Seven weeks after leading his troops to a colossal loss at the March 28 Presidential election, and an equally resounding defeat in the governorship and states Assembly elections on April 11, the National Chairman of the Peoples Democratic Party (PDP), Alhaji Adamu Mu’azu, has given no indication that he may step down any time soon.
Also holding tight to their positions, in spite of the huge electoral beating, are members of Mu’azu’s National Working Committee (NWC).
At the weekend, a top member of the party, outgoing Governor Babangida Aliyu of Niger State, alleged that the Mu’azu leadership was planning to lead a splinter PDP should those calling on them to resign have their way.
That attitude is injurious to the political health of the party and the nation.
Just days ago, the leaders of three political parties in the United Kingdom, who were heavily trounced by the incumbent Conservatives-led administration, did not wait to be asked to give way for fresh ideas to lead their platforms: They resigned, voluntarily.
It is the path of honour to toe; it is the first step in giving their political parties an opportunity for a fresh start, which the PDP sorely needs.
Just as the results of the previous day’s election were being announced, and it was clear his party had lost, Labour leader Ed Miliband on Friday announced that he was stepping down. He told his party members that he was “truly sorry” for failing to lead them to victory, adding that it had“clearly been a very disappointing and difficult night for the Labour Party.”
Nick Clegg, the Liberal Democrat Leader who had formed a coalition government with the Conservatives in 2010, made a similar declaration, saying: “It is now painfully clear this has been a cruel and punishing night for the Liberal Democrats. The election has profound implications for the country and for the Liberal Democrats.”
The head of the UK Independence Party (UKIP), Nigel Farage, followed suit, within hours.
In Nigeria, PDP’s national executive members are busy blaming everybody except themselves for the electoral losses, and appear bent on sitting tight in office.
That attitude is a sad reminder of an immediate past that the electoral reforms initiated by the Goodluck Jonathan administration – which has apparently consumed him the way Mikhail Gorbachev was extinguished by his reform of the then Soviet Union with Glasnost and Perestroika – are set out to leave as the PDP’s major legacies.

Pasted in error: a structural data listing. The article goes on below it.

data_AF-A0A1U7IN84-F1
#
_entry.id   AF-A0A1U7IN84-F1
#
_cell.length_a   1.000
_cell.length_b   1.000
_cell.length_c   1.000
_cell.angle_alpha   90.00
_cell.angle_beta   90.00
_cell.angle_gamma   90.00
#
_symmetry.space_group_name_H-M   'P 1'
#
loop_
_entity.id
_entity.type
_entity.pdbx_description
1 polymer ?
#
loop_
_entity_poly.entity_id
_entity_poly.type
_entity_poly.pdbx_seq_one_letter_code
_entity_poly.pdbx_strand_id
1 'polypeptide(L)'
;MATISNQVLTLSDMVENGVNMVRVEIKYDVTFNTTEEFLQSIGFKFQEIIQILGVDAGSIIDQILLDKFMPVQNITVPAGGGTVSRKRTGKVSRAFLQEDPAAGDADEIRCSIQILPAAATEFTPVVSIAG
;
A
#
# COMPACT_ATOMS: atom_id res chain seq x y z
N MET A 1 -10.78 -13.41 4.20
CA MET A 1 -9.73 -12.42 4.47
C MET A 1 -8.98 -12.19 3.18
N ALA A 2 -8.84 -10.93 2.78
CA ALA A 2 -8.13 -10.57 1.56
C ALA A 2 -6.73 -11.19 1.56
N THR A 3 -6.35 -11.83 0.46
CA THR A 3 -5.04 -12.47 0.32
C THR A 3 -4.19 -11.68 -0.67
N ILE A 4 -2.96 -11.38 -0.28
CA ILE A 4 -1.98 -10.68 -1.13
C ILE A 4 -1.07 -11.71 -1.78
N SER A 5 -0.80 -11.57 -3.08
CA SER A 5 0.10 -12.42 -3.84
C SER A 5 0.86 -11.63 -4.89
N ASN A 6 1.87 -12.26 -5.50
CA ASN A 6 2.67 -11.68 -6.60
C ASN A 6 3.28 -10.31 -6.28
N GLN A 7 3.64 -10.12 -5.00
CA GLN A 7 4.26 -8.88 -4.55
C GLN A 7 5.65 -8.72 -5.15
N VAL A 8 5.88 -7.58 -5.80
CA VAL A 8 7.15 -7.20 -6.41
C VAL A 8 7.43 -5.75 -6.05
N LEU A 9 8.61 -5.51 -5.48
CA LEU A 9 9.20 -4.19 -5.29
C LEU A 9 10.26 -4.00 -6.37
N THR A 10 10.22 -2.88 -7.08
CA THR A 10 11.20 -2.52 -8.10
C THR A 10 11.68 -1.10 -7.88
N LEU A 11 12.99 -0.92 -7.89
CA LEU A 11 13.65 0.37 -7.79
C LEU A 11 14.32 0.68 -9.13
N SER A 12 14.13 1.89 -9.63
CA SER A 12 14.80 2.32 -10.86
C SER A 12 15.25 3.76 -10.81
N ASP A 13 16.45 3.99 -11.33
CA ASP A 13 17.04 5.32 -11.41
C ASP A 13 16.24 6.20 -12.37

The PDP has been in power at the federal level since the return of civil rule in 1999. One of its top members once publicly boasted that the party would rule for 60 years.
Previous elections organized under the leadership of the party were, literally, war. A former president once declared that an election being prosecuted during his administration was a “do-or-die-affair”. He did just that, to the embarrassment of even the beneficiary of the electoral process, the late Alhaji Umaru Shehu Yar’Adua and the then Vice President Jonathan.
The succeeding administration thereafter publicly committed itself to electoral reforms. However, Alhaji Yar’Adua could not execute the pledge, no thanks to the cold hands of death that cruelly snatched him from Nigerians.
Enter Jonathan, the Vice President who became acting President and then substantive President and began a revolutionary electoral process that started with the appointment of the chairman of the Independent National Electoral Commission (INEC), Professor Attahiru Jega, based solely on academic qualifications and pedigree.
In the series of elections conducted by the Jega leadership of INEC, the PDP won some, and lost some – an unprecedented development in the Nigerian political system where the incumbent’s party at the federal and states levels made it a policy to win all electoral seats, at all times.
Before Jonathan’s reforms, a combination of trickery, brutality and derring-do made impossible electoral results a reality, to the chagrin of opposition parties and the international community.
All that changed under Jonathan, as the PDP was always quick to congratulate opposition parties whenever it lost. The Doomsday Prophecy that Nigeria would disintegrate in 2015 was also smashed into smithereens by just one telephone call, made by Jonathan to his main challenger at the last presidential election, Major General Muhammadu Buhari of the All Progressives Congress (APC).
The tension that was building up in the country was defused. Today, Nigeria is at peace and ready to continue its march into progress under a new national leadership. Jonathan is leaving office on May 29 with much acclaim, having done his best for his fatherland.
Mu’azu and his NWC members must take a cue from this honorable path and allow their party to make a fresh start. The PDP must continue to demonstrate to the world and the incoming national leadership that Nigeria has fully joined the league of democratic nations and will not condone sit-tight rulers.
Like Jonathan, they have done their best for the PDP, but the result was proof that their best was not good enough. They can still be of immense services to their party in other capacities, from the background.